An army of public sector automatons?

One in six public sector workers in Scotland will be replaced by robots or machines over the course of the next 15 years, a disquieting report has found.

NHS workers could be replaced by sensors and trains become driverless as automation erodes the need for a human presence on the front line of many services, research by Deloitte has found.

According to its ‘State of the State’ report as many as 90,000 human jobs could be phased out, with administrative and operational roles most at risk.

The study said technology – particularly with the advent of smart devices, the Internet of Things (IoT) – could also help the delivery of better and more efficient public services in the future. The evolution of remote monitoring devices for the elderly is already helping assisted living at home.

“The number of public sector jobs we’ve identified that may be lost to automation won’t happen overnight – it’ll be a gradual process,” said Angela Mitchell, partner and local public services lead at Deloitte.

“The most likely roles to be affected will be administrative and operative positions, which is in line with what we expect to see in other areas of the economy.

“The flipside will be that automation can complement other positions within the public sector – reducing the administrative burden and opening up the opportunity for more efficient services.”

She added: “We’re already seeing this in hospitals, for example, where sensor technology is being used to monitor vital signs, freeing up nurses to spend time interacting with patients in greater need.”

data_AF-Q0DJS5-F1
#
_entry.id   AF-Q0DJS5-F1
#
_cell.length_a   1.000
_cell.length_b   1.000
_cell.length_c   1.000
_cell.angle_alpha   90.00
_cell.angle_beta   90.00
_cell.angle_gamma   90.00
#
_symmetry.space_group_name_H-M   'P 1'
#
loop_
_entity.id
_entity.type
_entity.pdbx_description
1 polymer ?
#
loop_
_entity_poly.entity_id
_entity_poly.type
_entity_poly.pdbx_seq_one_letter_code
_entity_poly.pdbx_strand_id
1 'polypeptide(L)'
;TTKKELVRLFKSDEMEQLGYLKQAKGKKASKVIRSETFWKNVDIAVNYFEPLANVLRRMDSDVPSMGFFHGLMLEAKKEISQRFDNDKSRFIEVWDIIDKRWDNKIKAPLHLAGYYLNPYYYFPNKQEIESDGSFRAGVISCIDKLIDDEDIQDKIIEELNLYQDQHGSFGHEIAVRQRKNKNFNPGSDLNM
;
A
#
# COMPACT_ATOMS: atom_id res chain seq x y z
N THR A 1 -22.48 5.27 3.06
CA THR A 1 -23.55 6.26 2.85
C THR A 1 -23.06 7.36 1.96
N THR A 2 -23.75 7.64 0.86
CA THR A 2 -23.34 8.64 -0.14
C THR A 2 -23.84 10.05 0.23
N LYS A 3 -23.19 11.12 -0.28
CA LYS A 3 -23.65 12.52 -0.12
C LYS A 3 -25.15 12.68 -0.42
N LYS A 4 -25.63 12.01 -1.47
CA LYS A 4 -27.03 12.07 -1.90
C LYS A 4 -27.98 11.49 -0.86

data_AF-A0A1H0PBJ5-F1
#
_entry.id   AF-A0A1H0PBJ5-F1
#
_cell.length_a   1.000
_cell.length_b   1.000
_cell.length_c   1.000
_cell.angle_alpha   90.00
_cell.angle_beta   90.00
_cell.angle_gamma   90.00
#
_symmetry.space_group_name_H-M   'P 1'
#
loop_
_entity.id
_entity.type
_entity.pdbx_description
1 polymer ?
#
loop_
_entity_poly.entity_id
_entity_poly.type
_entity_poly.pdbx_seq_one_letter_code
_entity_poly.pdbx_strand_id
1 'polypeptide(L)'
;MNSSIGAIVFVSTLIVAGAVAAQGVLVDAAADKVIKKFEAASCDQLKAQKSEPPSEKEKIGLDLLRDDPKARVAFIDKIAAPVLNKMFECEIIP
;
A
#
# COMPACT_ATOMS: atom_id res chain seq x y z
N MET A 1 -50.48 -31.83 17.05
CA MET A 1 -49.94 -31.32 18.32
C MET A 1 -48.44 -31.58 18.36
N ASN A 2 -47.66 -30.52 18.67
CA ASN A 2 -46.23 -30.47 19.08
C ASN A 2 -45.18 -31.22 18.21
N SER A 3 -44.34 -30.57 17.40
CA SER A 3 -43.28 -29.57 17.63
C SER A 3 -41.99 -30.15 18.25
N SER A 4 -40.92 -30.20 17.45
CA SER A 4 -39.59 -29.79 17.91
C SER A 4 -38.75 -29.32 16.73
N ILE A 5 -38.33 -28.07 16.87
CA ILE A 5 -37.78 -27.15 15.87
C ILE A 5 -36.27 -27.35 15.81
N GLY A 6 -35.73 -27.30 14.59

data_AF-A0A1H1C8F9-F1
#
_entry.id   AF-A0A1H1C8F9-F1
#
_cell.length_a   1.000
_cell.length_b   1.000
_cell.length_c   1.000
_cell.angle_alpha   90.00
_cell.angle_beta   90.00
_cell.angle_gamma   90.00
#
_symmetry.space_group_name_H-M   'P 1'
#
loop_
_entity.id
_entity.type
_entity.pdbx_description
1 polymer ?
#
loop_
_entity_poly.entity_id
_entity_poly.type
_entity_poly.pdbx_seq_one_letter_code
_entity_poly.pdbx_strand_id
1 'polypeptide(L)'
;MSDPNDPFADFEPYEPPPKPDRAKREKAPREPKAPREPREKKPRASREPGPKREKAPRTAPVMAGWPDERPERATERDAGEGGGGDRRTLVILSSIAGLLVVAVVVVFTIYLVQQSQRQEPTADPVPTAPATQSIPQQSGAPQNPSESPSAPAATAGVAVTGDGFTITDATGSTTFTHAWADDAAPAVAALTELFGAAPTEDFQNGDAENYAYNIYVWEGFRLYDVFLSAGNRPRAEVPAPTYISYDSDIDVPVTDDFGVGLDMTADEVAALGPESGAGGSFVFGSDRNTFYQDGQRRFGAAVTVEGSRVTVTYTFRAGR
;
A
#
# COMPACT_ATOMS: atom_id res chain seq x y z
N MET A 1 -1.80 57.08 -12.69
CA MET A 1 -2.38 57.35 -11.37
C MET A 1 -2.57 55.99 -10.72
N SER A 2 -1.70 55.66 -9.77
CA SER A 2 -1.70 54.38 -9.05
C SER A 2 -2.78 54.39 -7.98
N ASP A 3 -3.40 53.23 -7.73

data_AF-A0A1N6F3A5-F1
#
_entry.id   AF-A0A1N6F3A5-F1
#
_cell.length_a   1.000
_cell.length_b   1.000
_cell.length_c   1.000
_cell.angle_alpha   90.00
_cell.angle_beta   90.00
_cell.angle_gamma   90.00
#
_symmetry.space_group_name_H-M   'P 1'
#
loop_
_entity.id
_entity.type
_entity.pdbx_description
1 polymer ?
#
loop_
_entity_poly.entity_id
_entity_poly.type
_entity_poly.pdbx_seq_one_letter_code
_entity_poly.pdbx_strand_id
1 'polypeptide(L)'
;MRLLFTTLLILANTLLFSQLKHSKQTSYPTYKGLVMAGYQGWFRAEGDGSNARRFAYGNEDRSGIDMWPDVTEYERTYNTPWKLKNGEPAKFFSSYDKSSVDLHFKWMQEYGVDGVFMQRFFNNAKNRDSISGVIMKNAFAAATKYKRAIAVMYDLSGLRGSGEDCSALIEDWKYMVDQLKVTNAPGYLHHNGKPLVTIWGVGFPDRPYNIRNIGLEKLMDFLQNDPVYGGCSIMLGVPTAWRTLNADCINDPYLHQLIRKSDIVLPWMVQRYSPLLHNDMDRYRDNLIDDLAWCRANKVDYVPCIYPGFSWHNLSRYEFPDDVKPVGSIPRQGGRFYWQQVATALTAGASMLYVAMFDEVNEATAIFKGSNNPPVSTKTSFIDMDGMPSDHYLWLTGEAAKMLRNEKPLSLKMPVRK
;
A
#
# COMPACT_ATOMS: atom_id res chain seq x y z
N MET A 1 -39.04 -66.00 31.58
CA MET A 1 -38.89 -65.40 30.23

Research has already shown that 35% of current jobs in the UK are at high risk of computerisation over the following 20 years, according to a study by researchers at Oxford University and Deloitte.

The BBC launched a nifty facility last year where you can type in your current job into a query box and an algorithm will work out quite literally if you have a future (a somewhat dispirting feature to be honest).

COSLA, the organisation representing local authorities in Scotland, responded to the report by emphasising the role of technology as ‘assistive’ rather than a substitute for human interaction.

A COSLA Spokesman said: “Whereas advances in technology will undoubtedly assist service design and management of scarce resources, much of what local authorities do is client or people centred where technology can assist but cannot replace the hands on nature of the work.

“Much has been made in the past that robots would create more leisure time for society in general but outside of the automotive industry, little of this has come to fruition.

“We are interested to note the views of a respected agency such as Deloitte but for now, let’s wait and see.”

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